The total product and investment cost for an ii Sipp, with a monthly service charge of £19.99 and an aggregate annual investment charge of 0.77%, which is representative of an actively self-managed portfolio, would be £47,080. 

That’s a difference of £8,096 in charges. If that money were invested over the 20-year period and saw annual investment growth of 5%, the total pension would be worth almost £14,400 more.

However, Sipps won’t be right for everyone. You have to be prepared to manage your own portfolio or pay someone else to, if you’re planning to take this route. Not everyone has the time, confidence or inclination to take the DIY route.

It is also less likely to make sense for anyone on a final salary pension.

Think you want a final salary pension transfer? Think twice

In addition, it is important to check the details of any ‘pot of money’ pension you’re thinking of transferring, as some dating back to the 1980s or 1990s come with very generous guaranteed annuity rates (GARs), typically of 9-11%. A typical annuity on the open market for a healthy 65-year-old in June 2020 is around £4,700.

To put that into perspective, a £200,000 pension pot with a GAR of 11% would pay out a secure annuity of £22,000 a year for life. An open market annuity would pay out just £9,400.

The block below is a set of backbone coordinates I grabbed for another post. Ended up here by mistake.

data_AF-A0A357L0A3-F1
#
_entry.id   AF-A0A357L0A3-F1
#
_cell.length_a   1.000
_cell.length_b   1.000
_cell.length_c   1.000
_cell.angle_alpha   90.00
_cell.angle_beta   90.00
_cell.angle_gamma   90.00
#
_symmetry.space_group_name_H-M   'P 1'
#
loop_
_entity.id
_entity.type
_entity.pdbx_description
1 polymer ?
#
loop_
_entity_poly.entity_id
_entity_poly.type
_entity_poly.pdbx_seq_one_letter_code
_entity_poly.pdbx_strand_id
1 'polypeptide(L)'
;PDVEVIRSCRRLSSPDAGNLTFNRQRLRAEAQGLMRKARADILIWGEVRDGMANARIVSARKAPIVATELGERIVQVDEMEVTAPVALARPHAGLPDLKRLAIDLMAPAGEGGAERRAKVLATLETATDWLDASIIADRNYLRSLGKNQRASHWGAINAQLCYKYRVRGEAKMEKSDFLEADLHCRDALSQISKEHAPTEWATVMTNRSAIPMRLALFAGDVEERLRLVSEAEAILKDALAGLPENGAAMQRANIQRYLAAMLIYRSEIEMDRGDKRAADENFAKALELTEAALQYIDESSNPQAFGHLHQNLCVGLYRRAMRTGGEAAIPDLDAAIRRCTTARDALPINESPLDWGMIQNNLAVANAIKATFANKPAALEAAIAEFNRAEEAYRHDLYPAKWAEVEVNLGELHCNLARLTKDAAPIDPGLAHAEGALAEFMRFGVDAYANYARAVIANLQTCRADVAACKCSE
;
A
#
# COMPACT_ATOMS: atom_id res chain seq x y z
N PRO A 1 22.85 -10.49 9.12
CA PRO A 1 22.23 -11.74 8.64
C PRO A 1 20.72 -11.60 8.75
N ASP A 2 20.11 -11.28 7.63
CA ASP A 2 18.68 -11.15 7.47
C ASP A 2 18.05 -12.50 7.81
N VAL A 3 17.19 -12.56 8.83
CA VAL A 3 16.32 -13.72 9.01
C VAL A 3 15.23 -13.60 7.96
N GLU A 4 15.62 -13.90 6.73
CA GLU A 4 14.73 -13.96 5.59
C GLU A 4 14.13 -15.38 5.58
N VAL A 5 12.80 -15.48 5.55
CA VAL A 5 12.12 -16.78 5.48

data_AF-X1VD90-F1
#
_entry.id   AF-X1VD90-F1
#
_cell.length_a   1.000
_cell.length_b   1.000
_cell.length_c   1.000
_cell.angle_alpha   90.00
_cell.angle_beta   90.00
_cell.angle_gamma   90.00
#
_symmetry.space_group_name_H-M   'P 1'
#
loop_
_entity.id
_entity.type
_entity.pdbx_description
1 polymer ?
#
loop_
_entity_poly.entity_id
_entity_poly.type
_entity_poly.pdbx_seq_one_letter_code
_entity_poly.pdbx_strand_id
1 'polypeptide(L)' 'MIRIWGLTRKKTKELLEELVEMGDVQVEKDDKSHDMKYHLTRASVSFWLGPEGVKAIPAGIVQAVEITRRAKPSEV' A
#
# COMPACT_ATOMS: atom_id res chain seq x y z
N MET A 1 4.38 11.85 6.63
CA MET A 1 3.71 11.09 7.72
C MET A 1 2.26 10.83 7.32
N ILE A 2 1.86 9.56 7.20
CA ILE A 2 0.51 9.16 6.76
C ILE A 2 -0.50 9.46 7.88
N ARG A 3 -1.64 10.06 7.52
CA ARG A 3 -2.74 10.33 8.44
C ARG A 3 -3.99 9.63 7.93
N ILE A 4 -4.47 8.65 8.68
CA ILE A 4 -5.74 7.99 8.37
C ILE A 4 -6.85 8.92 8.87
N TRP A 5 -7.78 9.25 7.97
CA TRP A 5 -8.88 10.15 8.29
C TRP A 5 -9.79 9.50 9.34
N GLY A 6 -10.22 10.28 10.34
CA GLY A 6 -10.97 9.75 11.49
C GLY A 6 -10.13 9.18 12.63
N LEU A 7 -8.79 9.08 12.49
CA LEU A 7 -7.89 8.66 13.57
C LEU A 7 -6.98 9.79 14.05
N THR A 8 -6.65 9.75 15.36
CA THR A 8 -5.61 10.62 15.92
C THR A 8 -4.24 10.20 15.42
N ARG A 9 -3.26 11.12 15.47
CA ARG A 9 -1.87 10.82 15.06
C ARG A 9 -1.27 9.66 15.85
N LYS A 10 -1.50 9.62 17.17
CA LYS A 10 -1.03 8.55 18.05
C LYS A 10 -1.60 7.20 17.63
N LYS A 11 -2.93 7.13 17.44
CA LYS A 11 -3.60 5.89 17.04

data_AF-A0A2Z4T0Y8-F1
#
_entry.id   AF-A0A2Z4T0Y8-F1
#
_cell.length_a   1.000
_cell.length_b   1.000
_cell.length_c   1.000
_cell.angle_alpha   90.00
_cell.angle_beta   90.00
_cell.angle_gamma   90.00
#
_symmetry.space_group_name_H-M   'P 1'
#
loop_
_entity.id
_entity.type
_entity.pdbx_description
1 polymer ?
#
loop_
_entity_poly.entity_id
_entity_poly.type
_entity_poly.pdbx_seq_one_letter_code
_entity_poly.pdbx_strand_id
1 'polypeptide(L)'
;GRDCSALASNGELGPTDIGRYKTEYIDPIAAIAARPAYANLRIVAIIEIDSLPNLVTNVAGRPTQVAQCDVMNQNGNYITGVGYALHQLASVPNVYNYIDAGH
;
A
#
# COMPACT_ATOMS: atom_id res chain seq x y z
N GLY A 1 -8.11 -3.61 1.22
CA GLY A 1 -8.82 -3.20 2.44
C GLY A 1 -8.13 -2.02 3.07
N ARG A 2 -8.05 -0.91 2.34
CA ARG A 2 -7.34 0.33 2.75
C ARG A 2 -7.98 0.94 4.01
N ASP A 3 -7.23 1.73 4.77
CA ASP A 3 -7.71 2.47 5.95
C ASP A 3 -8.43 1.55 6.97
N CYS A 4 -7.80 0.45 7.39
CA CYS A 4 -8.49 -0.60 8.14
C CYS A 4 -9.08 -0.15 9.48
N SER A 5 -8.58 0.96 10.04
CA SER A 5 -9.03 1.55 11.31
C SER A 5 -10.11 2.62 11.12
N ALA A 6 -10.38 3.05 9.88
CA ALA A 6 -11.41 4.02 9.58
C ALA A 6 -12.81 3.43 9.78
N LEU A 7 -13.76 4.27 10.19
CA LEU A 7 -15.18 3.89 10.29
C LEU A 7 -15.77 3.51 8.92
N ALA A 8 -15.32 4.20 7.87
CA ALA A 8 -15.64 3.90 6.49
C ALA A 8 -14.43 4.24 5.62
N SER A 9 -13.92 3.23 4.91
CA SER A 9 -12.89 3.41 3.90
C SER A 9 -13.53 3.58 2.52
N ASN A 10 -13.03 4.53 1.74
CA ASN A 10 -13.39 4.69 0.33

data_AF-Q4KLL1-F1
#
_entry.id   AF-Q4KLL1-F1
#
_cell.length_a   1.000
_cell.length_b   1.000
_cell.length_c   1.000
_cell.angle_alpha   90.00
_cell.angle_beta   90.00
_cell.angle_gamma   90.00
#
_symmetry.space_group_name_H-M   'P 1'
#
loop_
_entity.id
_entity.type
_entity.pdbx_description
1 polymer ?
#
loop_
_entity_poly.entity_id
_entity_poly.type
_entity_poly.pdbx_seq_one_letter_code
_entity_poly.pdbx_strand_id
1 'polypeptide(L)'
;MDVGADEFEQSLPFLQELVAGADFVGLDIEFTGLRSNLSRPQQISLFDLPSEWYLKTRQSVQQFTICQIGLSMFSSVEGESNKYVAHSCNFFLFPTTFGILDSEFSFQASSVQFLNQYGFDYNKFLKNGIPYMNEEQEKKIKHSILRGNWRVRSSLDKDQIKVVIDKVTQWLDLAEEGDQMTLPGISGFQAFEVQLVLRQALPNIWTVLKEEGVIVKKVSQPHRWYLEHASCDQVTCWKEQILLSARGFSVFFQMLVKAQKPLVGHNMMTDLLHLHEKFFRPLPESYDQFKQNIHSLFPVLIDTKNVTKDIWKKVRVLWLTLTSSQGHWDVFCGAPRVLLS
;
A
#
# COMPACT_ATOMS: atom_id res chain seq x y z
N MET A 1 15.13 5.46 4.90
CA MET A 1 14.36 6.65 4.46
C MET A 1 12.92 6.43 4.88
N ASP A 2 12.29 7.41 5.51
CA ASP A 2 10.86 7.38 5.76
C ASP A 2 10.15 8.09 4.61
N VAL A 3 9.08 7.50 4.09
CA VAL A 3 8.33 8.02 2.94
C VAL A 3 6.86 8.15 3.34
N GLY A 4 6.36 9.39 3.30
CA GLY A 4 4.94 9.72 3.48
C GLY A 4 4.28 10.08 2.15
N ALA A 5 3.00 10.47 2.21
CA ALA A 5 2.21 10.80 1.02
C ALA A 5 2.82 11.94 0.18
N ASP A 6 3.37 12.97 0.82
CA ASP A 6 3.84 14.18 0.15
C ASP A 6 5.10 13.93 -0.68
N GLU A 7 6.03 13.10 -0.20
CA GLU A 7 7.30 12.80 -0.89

Additionally, some of those begun before April 2006 may allow you to take more than 25% as a tax-free lump sum. 

Steve Nelson, consulting director, the lang cat, says: “There’s no question that some of the older style defined contribution pensions have much higher charges in comparison to many Sipps available today. It’s a relatively simple case of arithmetic to work out the considerable savings you could make by opting for a newer, cheaper pension product.

“What’s not so straightforward is tracking down all the various pension pots you’ve accumulated over your working life. But if you do decide to do that and bring them all together, you’ll be able to work out how much is going into the coffers of some very large pensions businesses, instead of working hard for you. You might well be amazed.

“Just remember that some of the older style pension plans come with valuable guarantees, so tread carefully before making any rash decisions.”

This article was originally published in our sister magazine Money Observer. Click here to subscribe.

These articles are provided for information purposes only. Occasionally, an opinion about whether to buy or sell a specific investment may be provided by third parties. The content is not intended to be a personal recommendation to buy or sell any financial instrument or product, or to adopt any investment strategy as it is not provided based on an assessment of your investing knowledge and experience, your financial situation or your investment objectives. The value of your investments, and the income derived from them, may go down as well as up. You may not get back all the money that you invest. The investments referred to in this article may not be suitable for all investors, and if in doubt, an investor should seek advice from a qualified investment adviser.

Full performance can be found on the company or index summary page on the interactive investor website. Simply click on the company's or index name highlighted in the article.